In Tianjin, 4.5-11.5mm HRC hiked 300 yuan/ton (46 dollars/ton) from Friday March 04 to 2,450 yuan/ton (377 dollars/ton), however not many trades were made because most hot rolled band suppliers were taking time off.

16-25mm medium plate increased by 200 yuan/ton (31 dollars/ton) to 2,400 yuan/ton (369 dollars/ton) by noon, and no further rises in the after as quotations stopped.

In Tangshan, Hebei province, most construction steel supplies stopped taking orders after multiple price rises.
In many markets in North China, a number of suppliers stopped quotations and were reluctant to sell out.

In a special report from their China staff, Platts/SBB reported that the surge in steel prices has “unsettled rather than excited the market” in China. They reported, “Prices rocketed by Yuan 360/mt ($55/mt) as of Monday from last Friday yet without the support of any substantial improvement in fundamentals.”

Later in the day (Monday) TSI produced a special report on why iron ore prices were surging in China, “Driving the price for iron ore has been the news that not only have steel mills in China seen a halt in steel price falls, but the trend has in-fact reversed. By November 2015, prices for steel had fallen to their lowest levels since January 2002, with industry wags making comments that on a per-tonne basis, steel had become cheaper than cabbages. Prices in Shanghai have since risen over 19% from that nadir. As a result, demand and prices across the ferrous complex including both ore and coking coal have been rising fast, led by the domestic Chinese recovery.”

Metals and mining analyst, Chuck Bradford of Bradford Research told SMU in a note, “The last week has been especially positive for most metal prices with iron ore lagging until yesterday when it caught up with a nearly 20% surge in international markets. Aluminum and copper prices rose during the prior couple of weeks with domestic scrap prices especially strong in Friday.

Chinese Premier Li’s press conference last Saturday did not break new ground, in our opinion, although some blamed that it caused the iron ore price surge yesterday. The only positive we heard was the claim that the Chinese government has the ammunition to meet the growth forecasts, However, 10 million people were expected to go from poverty to middle class each of the next five years, but last year the number was 13 million. The cutback in steel capacity as well as aluminum and cement were unchanged. What wasn’t said was that there is a baby boom occurring in China was some forecasts of a 20% increase this year with all the available beds in the hospitals in Beijing already booked for the year. Obviously, this could be a real stimulus for the economy.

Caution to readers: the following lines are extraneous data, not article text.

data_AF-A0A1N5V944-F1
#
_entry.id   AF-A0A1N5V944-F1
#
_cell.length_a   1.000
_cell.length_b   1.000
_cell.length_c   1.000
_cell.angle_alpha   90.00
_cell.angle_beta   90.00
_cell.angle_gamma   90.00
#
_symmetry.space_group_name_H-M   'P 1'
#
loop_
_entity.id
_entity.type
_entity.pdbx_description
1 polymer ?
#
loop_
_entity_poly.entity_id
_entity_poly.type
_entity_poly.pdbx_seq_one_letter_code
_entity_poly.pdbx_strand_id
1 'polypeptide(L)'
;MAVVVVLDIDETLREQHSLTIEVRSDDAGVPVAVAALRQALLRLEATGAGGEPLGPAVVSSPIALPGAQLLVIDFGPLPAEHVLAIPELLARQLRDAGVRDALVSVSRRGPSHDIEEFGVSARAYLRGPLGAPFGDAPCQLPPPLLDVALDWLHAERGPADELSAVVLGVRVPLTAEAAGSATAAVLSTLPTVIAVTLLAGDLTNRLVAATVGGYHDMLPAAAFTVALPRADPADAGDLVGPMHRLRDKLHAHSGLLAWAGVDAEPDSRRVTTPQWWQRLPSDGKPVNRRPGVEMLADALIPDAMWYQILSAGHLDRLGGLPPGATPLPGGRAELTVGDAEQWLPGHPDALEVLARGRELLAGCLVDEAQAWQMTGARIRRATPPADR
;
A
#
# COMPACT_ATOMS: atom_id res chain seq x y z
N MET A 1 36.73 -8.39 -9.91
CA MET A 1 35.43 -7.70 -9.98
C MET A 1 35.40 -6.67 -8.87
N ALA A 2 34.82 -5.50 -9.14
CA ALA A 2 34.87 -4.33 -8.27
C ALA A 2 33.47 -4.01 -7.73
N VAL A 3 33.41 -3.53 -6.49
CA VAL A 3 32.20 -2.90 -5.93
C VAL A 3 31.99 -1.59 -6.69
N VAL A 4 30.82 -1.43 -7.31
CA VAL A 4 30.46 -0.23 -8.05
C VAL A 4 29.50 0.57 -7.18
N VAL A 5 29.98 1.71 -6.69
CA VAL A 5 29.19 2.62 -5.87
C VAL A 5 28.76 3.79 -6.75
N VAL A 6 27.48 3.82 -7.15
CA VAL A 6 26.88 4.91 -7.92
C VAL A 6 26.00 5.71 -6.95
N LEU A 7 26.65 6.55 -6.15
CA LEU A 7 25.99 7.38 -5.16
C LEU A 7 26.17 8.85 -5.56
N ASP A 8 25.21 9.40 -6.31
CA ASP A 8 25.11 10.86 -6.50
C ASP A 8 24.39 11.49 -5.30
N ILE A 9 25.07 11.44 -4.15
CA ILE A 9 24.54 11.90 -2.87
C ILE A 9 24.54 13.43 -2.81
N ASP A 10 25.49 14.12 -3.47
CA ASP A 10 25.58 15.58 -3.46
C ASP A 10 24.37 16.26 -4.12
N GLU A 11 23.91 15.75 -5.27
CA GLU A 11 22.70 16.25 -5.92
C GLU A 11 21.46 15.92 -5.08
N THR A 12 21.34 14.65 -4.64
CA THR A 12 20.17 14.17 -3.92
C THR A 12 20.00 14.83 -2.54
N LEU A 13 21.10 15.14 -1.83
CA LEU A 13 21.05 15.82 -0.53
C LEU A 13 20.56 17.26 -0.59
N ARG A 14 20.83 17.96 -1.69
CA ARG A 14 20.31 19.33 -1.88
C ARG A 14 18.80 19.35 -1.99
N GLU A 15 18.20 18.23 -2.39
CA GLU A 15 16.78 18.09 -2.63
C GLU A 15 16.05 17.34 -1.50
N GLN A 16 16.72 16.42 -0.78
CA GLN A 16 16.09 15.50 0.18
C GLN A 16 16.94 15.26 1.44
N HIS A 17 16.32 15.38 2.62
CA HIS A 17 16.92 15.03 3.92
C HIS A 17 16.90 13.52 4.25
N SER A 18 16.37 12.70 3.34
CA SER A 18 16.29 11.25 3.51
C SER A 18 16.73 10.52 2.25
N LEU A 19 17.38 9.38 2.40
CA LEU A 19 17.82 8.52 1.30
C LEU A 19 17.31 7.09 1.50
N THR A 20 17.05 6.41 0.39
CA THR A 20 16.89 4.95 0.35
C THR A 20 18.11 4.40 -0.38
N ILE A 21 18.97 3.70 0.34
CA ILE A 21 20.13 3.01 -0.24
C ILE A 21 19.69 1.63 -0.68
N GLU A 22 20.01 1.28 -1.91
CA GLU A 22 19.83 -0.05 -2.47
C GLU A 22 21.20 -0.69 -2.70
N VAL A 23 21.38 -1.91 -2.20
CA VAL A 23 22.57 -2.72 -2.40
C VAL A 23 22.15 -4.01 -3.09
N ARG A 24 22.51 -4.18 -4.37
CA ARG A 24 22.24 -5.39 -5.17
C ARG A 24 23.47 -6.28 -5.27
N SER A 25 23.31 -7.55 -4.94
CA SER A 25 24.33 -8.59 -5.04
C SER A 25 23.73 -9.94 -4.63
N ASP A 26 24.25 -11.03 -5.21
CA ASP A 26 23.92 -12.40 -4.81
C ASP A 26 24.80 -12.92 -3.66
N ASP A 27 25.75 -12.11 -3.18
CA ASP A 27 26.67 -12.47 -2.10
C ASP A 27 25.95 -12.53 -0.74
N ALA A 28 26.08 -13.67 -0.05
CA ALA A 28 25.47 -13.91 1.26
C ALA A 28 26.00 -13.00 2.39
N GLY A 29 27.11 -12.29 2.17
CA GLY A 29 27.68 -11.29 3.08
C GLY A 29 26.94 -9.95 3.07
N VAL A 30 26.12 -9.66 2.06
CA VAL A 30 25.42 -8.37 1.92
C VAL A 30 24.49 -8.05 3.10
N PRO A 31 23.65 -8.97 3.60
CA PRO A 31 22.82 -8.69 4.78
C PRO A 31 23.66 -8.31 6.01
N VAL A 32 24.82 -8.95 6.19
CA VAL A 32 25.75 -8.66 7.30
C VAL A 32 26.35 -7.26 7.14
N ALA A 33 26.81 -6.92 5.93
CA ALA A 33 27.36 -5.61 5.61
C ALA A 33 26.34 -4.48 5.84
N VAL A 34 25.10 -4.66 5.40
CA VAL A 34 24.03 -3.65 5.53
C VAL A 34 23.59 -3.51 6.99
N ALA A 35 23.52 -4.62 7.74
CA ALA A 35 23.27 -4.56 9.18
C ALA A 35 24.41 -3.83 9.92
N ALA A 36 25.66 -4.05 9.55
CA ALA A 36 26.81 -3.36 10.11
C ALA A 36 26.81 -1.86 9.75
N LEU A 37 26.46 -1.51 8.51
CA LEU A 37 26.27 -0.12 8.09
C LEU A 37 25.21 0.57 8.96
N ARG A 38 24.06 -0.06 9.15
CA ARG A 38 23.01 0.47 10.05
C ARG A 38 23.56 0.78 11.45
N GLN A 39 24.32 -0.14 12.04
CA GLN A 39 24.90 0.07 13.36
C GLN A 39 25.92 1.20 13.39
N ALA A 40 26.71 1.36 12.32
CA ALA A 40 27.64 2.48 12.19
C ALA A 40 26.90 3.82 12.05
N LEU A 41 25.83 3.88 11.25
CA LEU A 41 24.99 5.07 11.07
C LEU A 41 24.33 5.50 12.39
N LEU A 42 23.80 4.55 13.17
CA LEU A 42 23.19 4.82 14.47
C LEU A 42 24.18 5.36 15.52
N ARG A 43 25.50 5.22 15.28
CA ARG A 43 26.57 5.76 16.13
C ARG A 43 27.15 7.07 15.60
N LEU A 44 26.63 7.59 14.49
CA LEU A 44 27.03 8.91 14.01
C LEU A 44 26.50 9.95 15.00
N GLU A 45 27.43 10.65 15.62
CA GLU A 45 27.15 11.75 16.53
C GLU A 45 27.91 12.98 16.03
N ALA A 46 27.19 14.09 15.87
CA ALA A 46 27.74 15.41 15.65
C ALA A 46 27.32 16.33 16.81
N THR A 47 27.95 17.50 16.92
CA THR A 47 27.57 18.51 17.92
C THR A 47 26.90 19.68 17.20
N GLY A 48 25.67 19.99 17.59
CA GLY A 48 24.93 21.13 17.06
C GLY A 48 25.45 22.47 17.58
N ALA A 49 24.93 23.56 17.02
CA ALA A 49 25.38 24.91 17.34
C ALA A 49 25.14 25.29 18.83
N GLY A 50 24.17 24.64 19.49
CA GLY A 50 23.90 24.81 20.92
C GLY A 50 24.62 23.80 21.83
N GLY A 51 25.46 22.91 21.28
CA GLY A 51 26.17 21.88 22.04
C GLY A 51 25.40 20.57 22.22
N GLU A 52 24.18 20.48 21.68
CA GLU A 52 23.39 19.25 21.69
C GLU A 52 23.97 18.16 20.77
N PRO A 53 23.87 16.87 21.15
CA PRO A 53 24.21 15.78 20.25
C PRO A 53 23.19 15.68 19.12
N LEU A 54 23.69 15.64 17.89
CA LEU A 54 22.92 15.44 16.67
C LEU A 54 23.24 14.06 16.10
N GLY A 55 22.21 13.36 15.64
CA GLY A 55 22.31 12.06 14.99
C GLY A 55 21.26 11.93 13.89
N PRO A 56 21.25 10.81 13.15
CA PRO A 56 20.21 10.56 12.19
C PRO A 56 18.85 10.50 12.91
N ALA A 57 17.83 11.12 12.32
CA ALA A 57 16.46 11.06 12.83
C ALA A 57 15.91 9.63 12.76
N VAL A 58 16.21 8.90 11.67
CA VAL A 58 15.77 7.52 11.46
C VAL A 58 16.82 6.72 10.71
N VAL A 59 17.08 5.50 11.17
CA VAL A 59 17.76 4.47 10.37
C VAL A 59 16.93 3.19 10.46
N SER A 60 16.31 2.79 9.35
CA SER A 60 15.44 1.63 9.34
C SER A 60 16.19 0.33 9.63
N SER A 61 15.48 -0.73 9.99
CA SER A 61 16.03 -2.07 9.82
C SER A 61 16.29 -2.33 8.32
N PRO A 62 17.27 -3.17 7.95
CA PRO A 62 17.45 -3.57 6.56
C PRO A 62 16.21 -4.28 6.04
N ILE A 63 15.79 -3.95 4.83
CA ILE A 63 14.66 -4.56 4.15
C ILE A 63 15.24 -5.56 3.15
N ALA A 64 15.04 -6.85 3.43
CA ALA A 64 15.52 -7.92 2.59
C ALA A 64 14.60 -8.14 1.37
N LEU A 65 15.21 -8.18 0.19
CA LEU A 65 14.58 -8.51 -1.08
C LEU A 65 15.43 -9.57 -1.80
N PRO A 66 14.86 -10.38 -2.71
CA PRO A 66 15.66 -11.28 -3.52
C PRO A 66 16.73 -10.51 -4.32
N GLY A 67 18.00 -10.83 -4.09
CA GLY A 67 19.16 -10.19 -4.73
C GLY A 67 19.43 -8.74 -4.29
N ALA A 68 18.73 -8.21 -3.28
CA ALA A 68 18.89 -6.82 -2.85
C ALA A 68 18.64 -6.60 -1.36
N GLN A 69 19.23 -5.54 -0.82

Chinese iron ore prices rose this morning by 1.2% to $63.30 a tonne. We would also note that yesterday, the new Roy Hill iron ore facility in Australia booked two ships to deliver 170,000 tonnes each to Qingdao, at approximately $3 a tonne. This is a new 55 million tonne mine complex which adds 5% to world seaborne iron ore supplies, but there appeared to be a lag after their initial reported shipments last December until today. The 90 million tonne S11 D project of Vale still isn’t shipping product but is apparently beginning to start up individual components of the plant. It is not expected to begin shipments until the second half.”

We heard on Monday morning from one of the steel mills here in the United States, “Importers starting to freak out with the staggering Chinese price increases and ore jump over the weekend. That should bolster the domestic increases a bit.”

We did speak to a couple of trading companies on Monday as well who advised SMU they were pulling offers as they wait to see what is happening in China and how it may impact prices. One trader told us their hot rolled offers out of a North African mill rose by $20-$30 per ton over the weekend. The offers are now at $400 per net ton, USA port. This is not a competitive number when domestic HRC can be had for $410 per ton… (prior to price increase announcement).

U.S. steel buyers need to remain aware of the movements in China as they could have immediate worldwide ripples, and those ripples could be in both directions should the jump in pricing be nothing more than short-term speculation.

Stay tuned for more details as we go to work with our trading and international network of contacts to gather more details.